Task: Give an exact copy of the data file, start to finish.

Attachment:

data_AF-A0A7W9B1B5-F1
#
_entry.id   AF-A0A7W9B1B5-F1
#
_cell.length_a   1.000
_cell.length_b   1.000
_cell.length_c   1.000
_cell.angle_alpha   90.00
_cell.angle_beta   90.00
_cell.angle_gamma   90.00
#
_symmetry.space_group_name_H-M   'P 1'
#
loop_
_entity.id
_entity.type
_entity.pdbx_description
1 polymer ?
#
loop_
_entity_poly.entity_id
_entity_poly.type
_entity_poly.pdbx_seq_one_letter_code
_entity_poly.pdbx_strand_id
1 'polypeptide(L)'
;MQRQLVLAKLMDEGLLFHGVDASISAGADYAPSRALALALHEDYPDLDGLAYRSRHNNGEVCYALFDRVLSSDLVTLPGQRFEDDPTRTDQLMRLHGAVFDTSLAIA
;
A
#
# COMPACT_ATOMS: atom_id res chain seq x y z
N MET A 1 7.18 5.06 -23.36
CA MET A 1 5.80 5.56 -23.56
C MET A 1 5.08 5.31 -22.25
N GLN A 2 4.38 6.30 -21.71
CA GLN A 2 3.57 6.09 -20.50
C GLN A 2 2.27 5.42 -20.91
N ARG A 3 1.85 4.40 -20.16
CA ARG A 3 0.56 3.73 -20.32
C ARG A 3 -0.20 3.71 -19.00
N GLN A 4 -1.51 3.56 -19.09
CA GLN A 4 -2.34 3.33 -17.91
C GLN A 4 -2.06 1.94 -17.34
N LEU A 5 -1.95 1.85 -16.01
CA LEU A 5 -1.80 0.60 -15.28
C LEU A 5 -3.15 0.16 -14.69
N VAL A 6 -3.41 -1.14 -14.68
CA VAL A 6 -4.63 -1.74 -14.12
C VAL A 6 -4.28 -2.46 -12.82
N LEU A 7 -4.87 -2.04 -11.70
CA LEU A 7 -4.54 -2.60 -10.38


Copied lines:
data_AF-A0A7W9B1B5-F1
#
_entry.id   AF-A0A7W9B1B5-F1
#
_cell.length_a   1.000
_cell.length_b   1.000
_cell.length_c   1.000
_cell.angle_alpha   90.00
_cell.angle_beta   90.00
_cell.angle_gamma   90.00
#
_symmetry.space_group_name_H-M   'P 1'
#
loop_
_entity.id
_entity.type
_entity.pdbx_description
1 polymer ?
#
loop_
_entity_poly.entity_id
_entity_poly.type
_entity_poly.pdbx_seq_one_letter_code
_entity_poly.pdbx_strand_id
1 'polypeptide(L)'
;MQRQLVLAKLMDEGLLFHGVDASISAGADYAPSRALALALHEDYPDLDGLAYRSRHNNGEVCYALFDRVLSSDLVTLPGQRFEDDPTRTDQLMRLHGAVFDTSLAIA
;
A
#
# COMPACT_ATOMS: atom_id res chain seq x y z
N MET A 1 7.18 5.06 -23.36
CA MET A 1 5.80 5.56 -23.56
C MET A 1 5.08 5.31 -22.25
N GLN A 2 4.38 6.30 -21.71
CA GLN A 2 3.57 6.09 -20.50
C GLN A 2 2.27 5.42 -20.91
N ARG A 3 1.85 4.40 -20.16
CA ARG A 3 0.56 3.73 -20.32
C ARG A 3 -0.20 3.71 -19.00
N GLN A 4 -1.51 3.56 -19.09
CA GLN A 4 -2.34 3.33 -17.91
C GLN A 4 -2.06 1.94 -17.34
N LEU A 5 -1.95 1.85 -16.01
CA LEU A 5 -1.80 0.60 -15.28
C LEU A 5 -3.15 0.16 -14.69
N VAL A 6 -3.41 -1.14 -14.68
CA VAL A 6 -4.63 -1.74 -14.12
C VAL A 6 -4.28 -2.46 -12.82
N LEU A 7 -4.87 -2.04 -11.70
CA LEU A 7 -4.54 -2.60 -10.38